Fundamentals of Wave Phenomena
2: University of Iowa, Iowa City, IA, USA
This textbook is written for use in any university course related to the physics of waves, wave theory, and electromagnetic waves in departments such as Physics, Electrical Engineering, Mechanical Engineering, Civil Engineering, and Mathematics. The only prerequisite knowledge is a course in calculus. This textbook provides a unified treatment of waves that either occur naturally or can be excited and propagated in various media. This includes both longitudinal and transverse waves. The book covers both mechanical and electrical waves, which are normally covered separately due to their differences in physical phenomena. This text focuses more on the similarities of all waves, mechanical orelectromagnetic, and therefore allows the reader to formulate a unified understanding of wave phenomena in its totality. This second edition contains extensive updates and advances in the understanding of wave phenomena since the publication of the first edition (1985). Numerous additional problems are now present and several chapters have been rewritten and combined. This is the first book in the Mario Boella Series on Electromagnetism in Information and Communication. Key features include: A unified treatment of wave phenomena; Numerical techniques using MATLAB; Both mechanical and electrical waves are described; Necessary mathematics required to understand the material summarized within; Only prerequisite is an introductory course in calculus.
Other keywords: shock wave; massspring transmission line; Fresnel diffraction; wave differential equation; plane electromagnetic wave; partial differentiation; Fraunhofer diffraction; standing wave reflection; nonuniform spherical wave; synchrotron radiation; electromagnetic wave radiation; Fourier analysis; spherical mirror aberration; sound wave; wave motion; mechanical oscillation system; chaos; geometrical optics; Dopplershifted frequency; nonlinear oscillation; Young experiment; wave momentum; Taylor series expansion; wave equation; complex number; Einstein photon theory; cyclotron radiation; Laplace transform; soliton; nonlinear wave equation
 Book DOI: 10.1049/SBEW044E
 Chapter DOI: 10.1049/SBEW044E
 ISBN: 9781891121920
 eISBN: 9781613531112
 Page count: 402
 Format: PDF

Front Matter
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1 Review of Oscillations
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In this chapter, we review oscillation phenomena, both mechanical and electromagnetic, since oscillations and waves have many common properties, hence understanding oscillations can greatly help us understand wave phenomena. More importantly, harmonic (or sinusoidal) waves that we frequently encounter in daily life are created by physical objects undergoing oscillatory motions.

2 Wave Motion
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The article discusses the creation of waves on a string, sinusoidal (harmonic) waves, wave differential equation partial differentiation, nonsinusoidal waves, phase and group velocities dispersion and two wave superposition.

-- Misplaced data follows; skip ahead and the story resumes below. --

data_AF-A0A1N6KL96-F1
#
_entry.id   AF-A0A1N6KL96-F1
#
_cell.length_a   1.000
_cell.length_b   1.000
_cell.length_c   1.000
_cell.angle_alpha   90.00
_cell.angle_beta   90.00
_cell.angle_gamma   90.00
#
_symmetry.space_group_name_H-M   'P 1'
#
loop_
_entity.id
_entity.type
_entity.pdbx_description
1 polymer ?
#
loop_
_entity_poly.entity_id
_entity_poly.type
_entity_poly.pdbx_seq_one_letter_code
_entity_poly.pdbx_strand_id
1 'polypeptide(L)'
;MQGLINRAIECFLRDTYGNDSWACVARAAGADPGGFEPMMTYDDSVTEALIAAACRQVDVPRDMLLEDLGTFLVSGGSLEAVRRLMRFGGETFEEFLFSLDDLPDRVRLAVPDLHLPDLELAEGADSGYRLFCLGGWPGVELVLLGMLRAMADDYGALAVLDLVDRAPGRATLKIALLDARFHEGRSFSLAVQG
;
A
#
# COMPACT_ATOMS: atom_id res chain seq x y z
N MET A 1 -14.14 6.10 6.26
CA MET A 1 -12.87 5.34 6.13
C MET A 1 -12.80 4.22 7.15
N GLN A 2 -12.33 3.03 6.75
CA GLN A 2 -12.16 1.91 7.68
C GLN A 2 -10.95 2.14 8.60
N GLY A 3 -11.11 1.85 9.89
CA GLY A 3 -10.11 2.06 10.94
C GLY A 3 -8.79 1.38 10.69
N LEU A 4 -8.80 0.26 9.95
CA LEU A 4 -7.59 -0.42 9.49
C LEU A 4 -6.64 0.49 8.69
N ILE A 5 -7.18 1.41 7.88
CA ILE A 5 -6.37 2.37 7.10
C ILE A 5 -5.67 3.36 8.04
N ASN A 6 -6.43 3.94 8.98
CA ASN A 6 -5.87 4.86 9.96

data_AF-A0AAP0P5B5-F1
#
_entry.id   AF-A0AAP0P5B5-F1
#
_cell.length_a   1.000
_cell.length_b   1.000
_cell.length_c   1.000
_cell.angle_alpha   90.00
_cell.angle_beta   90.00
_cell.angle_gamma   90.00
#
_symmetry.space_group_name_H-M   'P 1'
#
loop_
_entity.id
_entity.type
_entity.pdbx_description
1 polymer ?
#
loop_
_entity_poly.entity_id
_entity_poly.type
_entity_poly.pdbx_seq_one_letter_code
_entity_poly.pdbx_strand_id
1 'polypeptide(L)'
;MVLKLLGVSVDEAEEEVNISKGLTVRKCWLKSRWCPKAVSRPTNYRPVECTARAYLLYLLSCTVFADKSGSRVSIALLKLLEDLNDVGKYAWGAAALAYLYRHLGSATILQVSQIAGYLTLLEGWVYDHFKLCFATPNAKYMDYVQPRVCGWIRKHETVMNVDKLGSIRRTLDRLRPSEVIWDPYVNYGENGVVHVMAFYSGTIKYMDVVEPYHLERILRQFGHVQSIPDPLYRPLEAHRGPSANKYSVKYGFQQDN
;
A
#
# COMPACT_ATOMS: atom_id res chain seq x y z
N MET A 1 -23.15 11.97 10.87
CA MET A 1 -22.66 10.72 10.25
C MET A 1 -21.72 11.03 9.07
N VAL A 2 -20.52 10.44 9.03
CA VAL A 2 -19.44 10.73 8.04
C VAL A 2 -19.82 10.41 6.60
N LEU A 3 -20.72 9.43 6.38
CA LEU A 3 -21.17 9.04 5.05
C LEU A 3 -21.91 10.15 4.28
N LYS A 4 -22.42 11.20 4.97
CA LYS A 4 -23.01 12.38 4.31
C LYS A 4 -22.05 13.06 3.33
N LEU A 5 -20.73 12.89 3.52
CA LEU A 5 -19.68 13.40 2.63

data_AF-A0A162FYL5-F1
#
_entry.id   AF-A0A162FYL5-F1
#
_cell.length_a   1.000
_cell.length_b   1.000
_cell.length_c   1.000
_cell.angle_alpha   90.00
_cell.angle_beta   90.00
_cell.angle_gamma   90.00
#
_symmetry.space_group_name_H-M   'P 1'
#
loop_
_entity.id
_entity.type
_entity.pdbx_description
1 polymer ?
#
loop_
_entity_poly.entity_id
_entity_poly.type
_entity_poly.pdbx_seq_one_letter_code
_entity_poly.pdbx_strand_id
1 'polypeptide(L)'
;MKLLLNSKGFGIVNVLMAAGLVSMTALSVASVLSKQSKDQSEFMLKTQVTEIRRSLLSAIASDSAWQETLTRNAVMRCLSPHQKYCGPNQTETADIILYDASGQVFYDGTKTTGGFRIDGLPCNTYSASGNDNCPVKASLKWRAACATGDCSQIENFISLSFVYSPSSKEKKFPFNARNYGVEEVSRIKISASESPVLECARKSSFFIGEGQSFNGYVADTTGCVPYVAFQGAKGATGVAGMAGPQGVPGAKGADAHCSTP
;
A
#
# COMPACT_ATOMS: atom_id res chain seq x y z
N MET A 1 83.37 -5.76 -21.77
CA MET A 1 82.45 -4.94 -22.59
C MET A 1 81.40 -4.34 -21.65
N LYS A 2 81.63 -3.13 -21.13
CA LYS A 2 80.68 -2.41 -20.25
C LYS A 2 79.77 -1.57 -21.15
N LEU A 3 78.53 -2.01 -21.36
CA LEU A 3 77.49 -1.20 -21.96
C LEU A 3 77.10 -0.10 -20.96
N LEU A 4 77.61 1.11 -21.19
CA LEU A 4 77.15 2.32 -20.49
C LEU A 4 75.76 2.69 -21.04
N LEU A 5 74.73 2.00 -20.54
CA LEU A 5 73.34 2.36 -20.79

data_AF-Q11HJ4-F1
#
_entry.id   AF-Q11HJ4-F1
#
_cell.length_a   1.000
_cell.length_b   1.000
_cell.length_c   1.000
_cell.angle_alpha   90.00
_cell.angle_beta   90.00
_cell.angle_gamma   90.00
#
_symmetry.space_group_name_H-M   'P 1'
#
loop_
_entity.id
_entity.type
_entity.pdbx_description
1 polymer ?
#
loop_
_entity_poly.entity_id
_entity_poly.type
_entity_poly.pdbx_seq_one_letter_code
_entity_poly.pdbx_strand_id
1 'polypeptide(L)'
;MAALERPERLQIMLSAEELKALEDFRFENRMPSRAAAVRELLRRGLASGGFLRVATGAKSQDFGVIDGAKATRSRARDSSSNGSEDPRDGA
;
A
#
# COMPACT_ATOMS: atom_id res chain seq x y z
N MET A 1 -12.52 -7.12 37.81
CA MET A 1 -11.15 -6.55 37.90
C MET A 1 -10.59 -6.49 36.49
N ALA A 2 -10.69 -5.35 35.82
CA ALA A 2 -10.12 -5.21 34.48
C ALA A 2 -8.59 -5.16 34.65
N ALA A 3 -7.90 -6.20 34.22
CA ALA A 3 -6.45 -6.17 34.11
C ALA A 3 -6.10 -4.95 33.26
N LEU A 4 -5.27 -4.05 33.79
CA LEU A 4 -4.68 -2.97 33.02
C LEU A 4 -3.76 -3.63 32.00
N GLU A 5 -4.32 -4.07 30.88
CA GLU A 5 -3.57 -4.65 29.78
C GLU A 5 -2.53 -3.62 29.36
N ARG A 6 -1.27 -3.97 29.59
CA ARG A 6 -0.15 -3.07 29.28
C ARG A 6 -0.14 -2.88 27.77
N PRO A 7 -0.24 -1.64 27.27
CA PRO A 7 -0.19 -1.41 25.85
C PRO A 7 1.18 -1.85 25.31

3 Some Mathematics
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4 Fundamentals of Mechanical Waves
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In this chapter, general aspects of mechanical waves are discussed. One important requirement for a medium to accommodate mechanical waves is that the medium be elastic. If it is compressed or expanded by a force, it should be able to restore its original shape when the force is removed. Sound waves can propagate in hard soil but not in soft clay. Waves can be created on a rope under a tension but not on a rope without tension.

5 SoundWaves in Solids, Liquids, and Gases
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Longitudinal waves in an elastic body (or medium) are generally called sound waves. The most familiar sound waves are those that propagate in air. However, sound waves can propagate even in solids or liquids. Sound waves are associated with the compressional and rarefactional motion of molecules in the direction that the wave propagates. This is similar to the longitudinal waves that propagate along a massspring transmission line that was discussed in the previous chapter. Earthquakes generally produce both longitudinal waves and transverse waves, the latter propagating slower than the former. When we are hit by an earthquake, we first feel a horizontal motion arising from the longitudinal waves, and some time later, a tumbling vertical movement from the transverse waves. In this chapter, we study the properties of the longitudinal sound waves in solids, liquids, and gases.

6 Wave Reflection and Standing Waves
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When a ball hits a hard wall, it is reflected by the wall. This reflection phenomenon can alternatively be interpreted in terms of the reflection of energy and momentum associated with the ball. If the wall is soft, the collision is inelastic and the wall completely absorbs the energy and momentum of the ball. No reflection occurs in this case. As we have seen, waves carry energy and momentum and whenever waves encounter an obstacle, they are reflected by the obstacle. Echoes are caused by the reflection of sound waves. Radars use the reflection of electromagnetic waves (microwaves) from metal objects such as airplanes. Wave reflection gives rise to an important wave phenomenon called standing waves, which play essential roles in most musical instruments. As the name indicates, standing waves do not propagate and therefore are not associated with energy and momentum transfer. They essentially behave as spatially distributed oscillators that only store energy. They can create waves in a surrounding medium by radiation. For example, the strings in a piano oscillate with distinct frequencies that are determined by the length, tension, and mass of each string. Each string can create sound waves in air with a particular frequency.